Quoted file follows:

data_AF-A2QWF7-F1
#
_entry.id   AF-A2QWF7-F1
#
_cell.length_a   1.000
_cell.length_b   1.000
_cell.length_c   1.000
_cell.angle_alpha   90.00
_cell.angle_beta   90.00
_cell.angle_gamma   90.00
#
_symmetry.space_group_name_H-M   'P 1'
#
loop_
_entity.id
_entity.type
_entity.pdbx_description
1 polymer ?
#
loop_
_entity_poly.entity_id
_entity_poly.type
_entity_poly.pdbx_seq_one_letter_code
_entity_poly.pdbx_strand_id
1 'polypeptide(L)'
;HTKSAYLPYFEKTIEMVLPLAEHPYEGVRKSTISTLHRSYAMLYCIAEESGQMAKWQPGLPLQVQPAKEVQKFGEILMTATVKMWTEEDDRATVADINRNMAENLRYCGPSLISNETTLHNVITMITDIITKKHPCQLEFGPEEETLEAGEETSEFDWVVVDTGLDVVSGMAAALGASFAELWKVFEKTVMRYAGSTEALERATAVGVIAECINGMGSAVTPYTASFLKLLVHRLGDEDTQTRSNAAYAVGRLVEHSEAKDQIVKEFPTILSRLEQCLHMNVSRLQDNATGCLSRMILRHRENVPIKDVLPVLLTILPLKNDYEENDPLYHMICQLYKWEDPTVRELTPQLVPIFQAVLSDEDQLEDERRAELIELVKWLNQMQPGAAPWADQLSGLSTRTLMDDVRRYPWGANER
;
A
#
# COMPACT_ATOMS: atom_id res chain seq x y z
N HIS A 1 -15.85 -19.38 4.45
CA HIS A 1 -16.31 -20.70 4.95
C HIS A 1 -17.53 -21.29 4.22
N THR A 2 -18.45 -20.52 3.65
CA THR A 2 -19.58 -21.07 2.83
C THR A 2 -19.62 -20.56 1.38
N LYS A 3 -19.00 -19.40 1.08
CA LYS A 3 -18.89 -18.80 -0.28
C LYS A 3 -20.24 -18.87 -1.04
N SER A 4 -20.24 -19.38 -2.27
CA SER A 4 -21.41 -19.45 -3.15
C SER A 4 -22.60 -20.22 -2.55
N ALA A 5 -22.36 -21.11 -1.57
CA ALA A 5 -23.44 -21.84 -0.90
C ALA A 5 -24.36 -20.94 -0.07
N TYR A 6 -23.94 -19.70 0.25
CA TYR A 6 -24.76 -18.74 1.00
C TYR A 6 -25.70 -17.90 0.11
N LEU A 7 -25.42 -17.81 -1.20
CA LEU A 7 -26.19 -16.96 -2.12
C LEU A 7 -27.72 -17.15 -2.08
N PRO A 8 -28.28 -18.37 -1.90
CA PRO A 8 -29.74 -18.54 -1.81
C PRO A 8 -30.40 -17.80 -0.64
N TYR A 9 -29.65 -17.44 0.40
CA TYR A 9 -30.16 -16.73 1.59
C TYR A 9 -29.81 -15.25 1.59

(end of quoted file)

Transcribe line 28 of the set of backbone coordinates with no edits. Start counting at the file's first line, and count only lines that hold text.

A